By Allie Williams
I never expected seminary to lead me to birth work. I came to Candler School of Theology like many of my colleagues—answering a “call.” I didn’t know what for, only that this was where I needed to be next. Very quickly, I learned that church ministry was not my work. After serving as a children’s ministry director for a year and a half of the pandemic, this truth echoed more loudly than ever. However, I was still eating up everything I was learning in classes and felt for the first time in my life truly surrounded by the right community. But if not church ministry, what was I doing here?
In the dark chaos of the early months of COVID-19’s waves across the United States, a seed for new life (quite literally) was planted in me. I have long been interested in birth. It has always seemed to me a mesmerizing and powerful process. I don’t know what made me begin to research birth work more. Perhaps it was sitting around a campfire with tired pandemic moms and feeling filled to the brim by their conversation about motherhood (something I have yet to experience myself). All I know is that I began to research birth work during the pandemic, and I haven’t stopped since.
In the past two years, I have consumed book after book about pregnancy, childbirth, breast and chest feeding, postpartum mood disorders, and parenting. This new passion truly became my hopeful thing in quarantine. When the world has seemed to be crumbling, I have stood in awe of new babies born, fresh with endless possibilities for their lives.
Studying birth alongside theology has been a powerfully spiritual experience. My work has been guided by the thoughtful blessings of the late Celtic poet and philosopher, John O’Donohue. O’Donohue gave a lot of attention in his poetry to thresholds of life—those moments when we cross over from one identity into the next.
When I began to train to become a birth and postpartum doula in March of 2021, I realized that I had found my way into the work of transitions, thresholds, the liminal spaces between life and death. O’Donohue (and many birth workers) understand these as sacred spaces (1).
Ritual theorist Victor Turner also saw the importance of such moments. He argued that a ritual is a way to move through spaces of liminality (2). Much of my work at Candler has become shaped by ritual as I work to accompany families into a new world—the one in which their baby now exists as a whole human being. I have had the honor of researching and writing about sacred birth rituals across many traditions, finding that so many rites have been used throughout the centuries to reaffirm identity and mark the transition that is birth.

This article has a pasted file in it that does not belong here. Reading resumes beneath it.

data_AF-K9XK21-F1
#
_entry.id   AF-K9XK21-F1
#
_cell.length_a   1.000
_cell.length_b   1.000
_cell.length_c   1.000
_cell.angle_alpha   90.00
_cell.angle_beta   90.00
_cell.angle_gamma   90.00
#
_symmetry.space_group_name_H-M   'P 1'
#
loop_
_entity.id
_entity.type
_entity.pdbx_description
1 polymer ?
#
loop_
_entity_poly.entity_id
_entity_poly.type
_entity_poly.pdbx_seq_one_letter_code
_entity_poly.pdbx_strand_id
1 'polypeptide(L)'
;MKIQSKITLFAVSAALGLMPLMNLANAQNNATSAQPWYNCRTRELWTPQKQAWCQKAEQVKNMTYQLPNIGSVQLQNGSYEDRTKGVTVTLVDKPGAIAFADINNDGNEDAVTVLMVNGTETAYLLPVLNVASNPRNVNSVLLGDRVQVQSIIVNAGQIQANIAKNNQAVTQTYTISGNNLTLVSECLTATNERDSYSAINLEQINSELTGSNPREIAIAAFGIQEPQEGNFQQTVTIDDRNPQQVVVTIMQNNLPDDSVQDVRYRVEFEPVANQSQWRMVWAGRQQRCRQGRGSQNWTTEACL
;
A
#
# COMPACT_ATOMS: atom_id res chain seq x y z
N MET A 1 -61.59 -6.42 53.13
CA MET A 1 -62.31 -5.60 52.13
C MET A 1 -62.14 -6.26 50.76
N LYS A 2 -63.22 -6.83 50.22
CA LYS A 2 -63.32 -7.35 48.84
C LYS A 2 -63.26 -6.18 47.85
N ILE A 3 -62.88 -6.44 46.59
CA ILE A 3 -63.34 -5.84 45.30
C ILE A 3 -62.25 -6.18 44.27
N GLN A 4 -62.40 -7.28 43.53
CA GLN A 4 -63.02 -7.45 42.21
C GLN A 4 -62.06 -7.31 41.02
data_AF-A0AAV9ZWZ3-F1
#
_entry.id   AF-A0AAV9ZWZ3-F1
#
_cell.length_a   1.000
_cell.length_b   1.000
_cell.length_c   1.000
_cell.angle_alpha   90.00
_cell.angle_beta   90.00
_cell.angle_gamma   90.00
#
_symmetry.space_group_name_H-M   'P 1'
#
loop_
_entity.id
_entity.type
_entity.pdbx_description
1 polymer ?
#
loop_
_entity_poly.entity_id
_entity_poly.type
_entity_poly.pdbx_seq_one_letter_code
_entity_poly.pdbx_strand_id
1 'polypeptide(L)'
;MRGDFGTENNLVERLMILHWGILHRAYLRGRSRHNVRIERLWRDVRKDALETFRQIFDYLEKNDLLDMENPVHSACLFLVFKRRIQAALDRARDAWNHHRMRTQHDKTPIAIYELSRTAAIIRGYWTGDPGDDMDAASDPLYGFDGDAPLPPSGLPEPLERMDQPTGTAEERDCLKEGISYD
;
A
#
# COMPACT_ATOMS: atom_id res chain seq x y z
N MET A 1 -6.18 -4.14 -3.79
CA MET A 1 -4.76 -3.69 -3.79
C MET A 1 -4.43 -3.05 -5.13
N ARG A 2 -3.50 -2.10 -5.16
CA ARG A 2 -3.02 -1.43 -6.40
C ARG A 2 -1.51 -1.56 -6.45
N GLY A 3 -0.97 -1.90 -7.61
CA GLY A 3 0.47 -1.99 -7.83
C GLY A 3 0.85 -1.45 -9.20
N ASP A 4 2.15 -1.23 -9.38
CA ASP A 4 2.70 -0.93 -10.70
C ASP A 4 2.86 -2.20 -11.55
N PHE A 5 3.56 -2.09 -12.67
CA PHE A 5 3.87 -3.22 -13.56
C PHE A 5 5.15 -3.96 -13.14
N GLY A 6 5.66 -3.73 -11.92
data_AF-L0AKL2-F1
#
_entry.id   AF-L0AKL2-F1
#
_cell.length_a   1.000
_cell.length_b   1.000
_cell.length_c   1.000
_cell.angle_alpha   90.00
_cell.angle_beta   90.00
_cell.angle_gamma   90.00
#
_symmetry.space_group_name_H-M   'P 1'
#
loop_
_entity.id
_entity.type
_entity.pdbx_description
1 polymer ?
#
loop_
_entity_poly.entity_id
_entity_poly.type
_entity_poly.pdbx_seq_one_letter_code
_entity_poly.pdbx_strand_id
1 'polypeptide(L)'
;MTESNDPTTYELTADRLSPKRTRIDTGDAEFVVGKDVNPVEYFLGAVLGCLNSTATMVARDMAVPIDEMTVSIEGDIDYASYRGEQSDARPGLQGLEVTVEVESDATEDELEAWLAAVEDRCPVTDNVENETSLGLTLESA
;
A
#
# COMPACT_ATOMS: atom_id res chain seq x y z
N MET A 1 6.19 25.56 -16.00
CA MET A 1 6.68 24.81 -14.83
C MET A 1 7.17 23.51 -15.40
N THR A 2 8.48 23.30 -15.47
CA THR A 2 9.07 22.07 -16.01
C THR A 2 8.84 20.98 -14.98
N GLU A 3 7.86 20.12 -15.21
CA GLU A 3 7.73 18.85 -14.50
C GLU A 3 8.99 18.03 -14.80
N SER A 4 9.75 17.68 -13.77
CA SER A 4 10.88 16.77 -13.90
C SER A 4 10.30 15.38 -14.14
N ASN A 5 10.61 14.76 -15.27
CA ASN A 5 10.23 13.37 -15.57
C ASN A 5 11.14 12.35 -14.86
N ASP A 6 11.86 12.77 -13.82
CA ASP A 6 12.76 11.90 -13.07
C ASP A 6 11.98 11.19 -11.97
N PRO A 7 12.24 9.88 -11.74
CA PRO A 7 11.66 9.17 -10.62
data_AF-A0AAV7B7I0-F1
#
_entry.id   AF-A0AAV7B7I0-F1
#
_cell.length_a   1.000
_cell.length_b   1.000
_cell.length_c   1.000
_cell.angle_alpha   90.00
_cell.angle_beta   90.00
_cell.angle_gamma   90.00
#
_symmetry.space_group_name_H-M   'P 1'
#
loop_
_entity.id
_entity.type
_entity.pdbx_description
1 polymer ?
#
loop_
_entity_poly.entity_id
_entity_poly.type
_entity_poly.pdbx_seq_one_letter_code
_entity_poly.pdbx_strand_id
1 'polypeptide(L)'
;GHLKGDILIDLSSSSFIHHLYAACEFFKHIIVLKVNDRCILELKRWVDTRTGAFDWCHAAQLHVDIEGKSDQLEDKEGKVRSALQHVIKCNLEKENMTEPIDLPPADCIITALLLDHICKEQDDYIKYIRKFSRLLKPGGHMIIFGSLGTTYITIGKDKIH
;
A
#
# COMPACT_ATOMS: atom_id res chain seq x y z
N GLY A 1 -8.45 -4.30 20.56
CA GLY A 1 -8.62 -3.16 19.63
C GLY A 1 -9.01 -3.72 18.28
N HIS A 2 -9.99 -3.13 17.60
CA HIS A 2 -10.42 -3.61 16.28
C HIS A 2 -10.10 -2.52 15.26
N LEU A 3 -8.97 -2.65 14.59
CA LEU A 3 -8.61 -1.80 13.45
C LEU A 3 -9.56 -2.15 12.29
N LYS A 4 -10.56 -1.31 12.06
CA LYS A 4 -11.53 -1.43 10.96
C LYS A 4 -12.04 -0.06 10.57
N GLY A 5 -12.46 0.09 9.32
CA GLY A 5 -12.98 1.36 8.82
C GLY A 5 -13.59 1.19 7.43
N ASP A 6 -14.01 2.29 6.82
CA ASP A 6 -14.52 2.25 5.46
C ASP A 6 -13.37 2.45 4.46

Did you know that in Igboland, there is a rite called Omugwo in which new mothers must stay inside for approximately 28 days after birth to properly heal and rest? (3) In Georgia, it is common for an indigenous family to tend a fire while the midwife assists a woman in labor. The fire is meant to keep evil spirits away from the laboring woman.
For the Cossacks, there is attention given to loosening objects such as belts, knots, and plaits in the laboring woman’s hair, to encourage her pelvis to open so that the baby may be delivered faster. In the case of a prolonged labor, the mother-in-law may gather all the pregnant women in the village. Barefoot with flowing hair and dresses, they together sing the Psatxa around a tree to gain favor of the “deity of the soul” who is thought to assist with the birth (4).
Birth has a lot to teach us about spirituality. Not only does it reveal our need for ritual throughout life, but it also demonstrates the need to be excessively gentle with ourselves through transitions. With birth always comes death, sometimes in the literal sense. Even when a healthy baby is born, there is death to the former identity of the individuals in the baby’s life as they grow into new roles as parents, siblings, and caretakers. As we emerge from this pandemic, even as we continue to grieve the losses we witness in the media and our own lives every day from war, racism, bigotry, and hatred, may we also witness that which is being birthed in us. And may we learn to ask for help (perhaps from a doula😊), knowing that we are never alone in our liminal spaces.
(1) John O’Donohue, To Bless the Space between Us: A Book of Blessings (New York: Doubleday, 2008).
(2) Robert A. Segal, “Victor Turners Theory of Ritual,” Zygon 18, no. 3 (1983): pp. 327-335, https://doi.org/10.1111/j.1467-9744.1983.tb00518.x.
(3) Sylvia Bawa, “Paradoxes of (Dis)Empowerment in the Postcolony: Women, Culture and Social Capital in Ghana,” Third World Quarterly 37, no. 1 (February 2016): 119-35, https://doi.org/10.1080/01436597.2015.1086636.
(4) Mariet Djandar, “Rituals of Birth among the Adyghes,” Iran and the Caucasus 12, no. 2 (January 1, 2008): 258-60, https://doi.org/10.1163/157338408×406038.